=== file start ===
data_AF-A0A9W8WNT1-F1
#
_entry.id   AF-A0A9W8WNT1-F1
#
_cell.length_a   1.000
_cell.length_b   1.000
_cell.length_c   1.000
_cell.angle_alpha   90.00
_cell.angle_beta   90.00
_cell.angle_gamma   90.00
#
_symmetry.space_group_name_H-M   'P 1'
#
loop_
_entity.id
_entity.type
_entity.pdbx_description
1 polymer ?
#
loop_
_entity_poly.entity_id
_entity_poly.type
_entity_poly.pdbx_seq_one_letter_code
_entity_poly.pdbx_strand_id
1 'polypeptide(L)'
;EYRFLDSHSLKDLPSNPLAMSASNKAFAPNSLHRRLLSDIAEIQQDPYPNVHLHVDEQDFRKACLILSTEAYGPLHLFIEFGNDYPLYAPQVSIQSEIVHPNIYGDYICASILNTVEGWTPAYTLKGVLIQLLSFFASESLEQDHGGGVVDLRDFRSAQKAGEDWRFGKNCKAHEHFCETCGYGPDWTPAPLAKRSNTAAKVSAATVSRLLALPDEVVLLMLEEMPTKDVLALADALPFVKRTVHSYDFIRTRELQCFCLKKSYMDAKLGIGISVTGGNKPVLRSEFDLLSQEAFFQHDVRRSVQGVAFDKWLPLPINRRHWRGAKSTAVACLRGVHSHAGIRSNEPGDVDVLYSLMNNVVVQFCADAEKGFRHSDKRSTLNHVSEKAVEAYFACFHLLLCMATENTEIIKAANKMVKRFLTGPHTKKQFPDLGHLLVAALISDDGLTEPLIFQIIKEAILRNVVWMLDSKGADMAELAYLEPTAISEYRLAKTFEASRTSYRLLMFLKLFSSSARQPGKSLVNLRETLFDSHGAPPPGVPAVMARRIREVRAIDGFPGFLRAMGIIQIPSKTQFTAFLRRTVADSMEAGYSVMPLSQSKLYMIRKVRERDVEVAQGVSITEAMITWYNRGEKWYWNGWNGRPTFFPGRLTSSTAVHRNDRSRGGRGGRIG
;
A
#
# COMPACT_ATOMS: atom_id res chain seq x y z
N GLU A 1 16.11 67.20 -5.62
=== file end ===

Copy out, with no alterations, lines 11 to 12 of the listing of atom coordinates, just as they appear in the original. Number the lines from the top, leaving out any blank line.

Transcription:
#
_symmetry.space_group_name_H-M   'P 1'